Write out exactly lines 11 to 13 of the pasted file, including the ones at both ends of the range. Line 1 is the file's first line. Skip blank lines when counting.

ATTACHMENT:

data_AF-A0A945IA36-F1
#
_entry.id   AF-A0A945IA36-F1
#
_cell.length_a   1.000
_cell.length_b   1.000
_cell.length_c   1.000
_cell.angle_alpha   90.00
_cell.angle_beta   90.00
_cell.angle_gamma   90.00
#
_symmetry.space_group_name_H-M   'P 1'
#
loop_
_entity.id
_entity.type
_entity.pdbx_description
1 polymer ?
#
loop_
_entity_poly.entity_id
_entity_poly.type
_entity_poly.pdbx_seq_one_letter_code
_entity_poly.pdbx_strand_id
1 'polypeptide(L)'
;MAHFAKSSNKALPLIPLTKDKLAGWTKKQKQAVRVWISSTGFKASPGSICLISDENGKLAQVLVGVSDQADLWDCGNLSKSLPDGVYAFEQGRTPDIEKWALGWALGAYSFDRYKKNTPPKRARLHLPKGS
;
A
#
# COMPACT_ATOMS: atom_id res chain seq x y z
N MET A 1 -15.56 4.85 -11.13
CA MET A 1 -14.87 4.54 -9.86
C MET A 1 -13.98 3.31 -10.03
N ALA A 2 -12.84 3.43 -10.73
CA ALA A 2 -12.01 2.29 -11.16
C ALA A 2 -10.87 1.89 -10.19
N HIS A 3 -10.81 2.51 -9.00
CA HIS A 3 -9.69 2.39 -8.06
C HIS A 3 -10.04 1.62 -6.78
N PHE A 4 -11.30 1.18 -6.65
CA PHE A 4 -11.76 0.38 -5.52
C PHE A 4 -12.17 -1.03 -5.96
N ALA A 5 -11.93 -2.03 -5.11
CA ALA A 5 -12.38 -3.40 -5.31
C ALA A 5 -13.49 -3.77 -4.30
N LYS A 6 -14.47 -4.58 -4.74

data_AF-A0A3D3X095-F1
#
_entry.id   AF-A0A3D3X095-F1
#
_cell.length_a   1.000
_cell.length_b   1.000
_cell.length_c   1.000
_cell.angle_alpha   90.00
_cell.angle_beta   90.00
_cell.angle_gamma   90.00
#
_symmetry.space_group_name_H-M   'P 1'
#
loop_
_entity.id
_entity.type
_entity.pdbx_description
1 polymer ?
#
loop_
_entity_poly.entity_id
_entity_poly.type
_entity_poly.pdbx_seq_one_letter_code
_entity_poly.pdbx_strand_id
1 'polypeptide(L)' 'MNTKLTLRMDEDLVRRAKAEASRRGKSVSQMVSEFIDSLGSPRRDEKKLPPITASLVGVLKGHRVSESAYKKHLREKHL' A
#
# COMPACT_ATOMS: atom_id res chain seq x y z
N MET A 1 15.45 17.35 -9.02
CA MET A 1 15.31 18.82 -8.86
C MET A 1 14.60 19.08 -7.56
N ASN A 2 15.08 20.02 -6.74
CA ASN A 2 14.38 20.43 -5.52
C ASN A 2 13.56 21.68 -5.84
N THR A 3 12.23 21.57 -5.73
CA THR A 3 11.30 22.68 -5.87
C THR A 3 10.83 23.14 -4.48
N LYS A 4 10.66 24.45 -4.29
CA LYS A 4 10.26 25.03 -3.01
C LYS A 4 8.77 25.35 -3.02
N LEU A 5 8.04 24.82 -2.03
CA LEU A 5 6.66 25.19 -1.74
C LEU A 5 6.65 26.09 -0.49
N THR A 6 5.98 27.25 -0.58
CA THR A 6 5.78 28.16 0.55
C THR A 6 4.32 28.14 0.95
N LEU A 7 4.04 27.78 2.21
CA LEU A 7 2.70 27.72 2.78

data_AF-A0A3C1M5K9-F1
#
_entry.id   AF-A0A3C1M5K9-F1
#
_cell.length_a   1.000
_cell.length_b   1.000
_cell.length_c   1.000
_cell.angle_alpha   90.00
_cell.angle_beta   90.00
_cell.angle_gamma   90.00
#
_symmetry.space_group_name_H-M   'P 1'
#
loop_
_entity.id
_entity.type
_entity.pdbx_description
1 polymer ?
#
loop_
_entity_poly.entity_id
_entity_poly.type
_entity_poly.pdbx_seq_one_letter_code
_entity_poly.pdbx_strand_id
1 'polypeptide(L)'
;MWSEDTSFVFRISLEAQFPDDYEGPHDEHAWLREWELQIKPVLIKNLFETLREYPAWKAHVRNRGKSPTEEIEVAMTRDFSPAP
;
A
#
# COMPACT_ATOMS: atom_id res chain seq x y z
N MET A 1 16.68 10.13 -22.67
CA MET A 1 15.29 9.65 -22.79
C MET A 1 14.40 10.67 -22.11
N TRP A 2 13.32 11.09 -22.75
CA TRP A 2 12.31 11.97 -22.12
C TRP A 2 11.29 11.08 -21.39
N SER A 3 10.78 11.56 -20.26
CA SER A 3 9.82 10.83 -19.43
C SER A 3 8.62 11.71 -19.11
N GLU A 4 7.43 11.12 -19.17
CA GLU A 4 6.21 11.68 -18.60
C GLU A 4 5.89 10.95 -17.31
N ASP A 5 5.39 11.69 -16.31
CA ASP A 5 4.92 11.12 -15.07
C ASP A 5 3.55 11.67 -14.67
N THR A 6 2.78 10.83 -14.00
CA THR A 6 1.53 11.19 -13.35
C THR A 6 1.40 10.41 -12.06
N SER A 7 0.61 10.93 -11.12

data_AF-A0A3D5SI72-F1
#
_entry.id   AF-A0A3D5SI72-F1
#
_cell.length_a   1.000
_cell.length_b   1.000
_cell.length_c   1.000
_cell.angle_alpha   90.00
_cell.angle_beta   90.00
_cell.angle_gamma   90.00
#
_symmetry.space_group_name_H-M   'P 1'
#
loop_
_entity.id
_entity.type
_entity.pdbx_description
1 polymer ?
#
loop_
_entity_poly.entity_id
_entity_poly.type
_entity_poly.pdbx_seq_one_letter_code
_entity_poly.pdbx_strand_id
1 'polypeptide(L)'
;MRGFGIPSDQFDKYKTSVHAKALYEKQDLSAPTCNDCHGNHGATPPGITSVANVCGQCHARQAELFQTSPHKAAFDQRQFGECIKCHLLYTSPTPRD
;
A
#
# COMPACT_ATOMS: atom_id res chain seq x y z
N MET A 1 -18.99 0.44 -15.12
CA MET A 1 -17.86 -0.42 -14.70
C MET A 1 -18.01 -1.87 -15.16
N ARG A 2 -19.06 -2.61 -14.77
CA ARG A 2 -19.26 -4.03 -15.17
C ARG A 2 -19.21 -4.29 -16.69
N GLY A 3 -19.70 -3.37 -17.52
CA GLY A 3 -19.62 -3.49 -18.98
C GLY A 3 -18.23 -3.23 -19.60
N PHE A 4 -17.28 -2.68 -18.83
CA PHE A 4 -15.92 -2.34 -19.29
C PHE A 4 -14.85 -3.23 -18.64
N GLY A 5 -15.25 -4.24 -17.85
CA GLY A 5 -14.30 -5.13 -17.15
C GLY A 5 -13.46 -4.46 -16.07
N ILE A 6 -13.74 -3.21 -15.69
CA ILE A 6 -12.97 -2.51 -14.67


#
_symmetry.space_group_name_H-M   'P 1'
#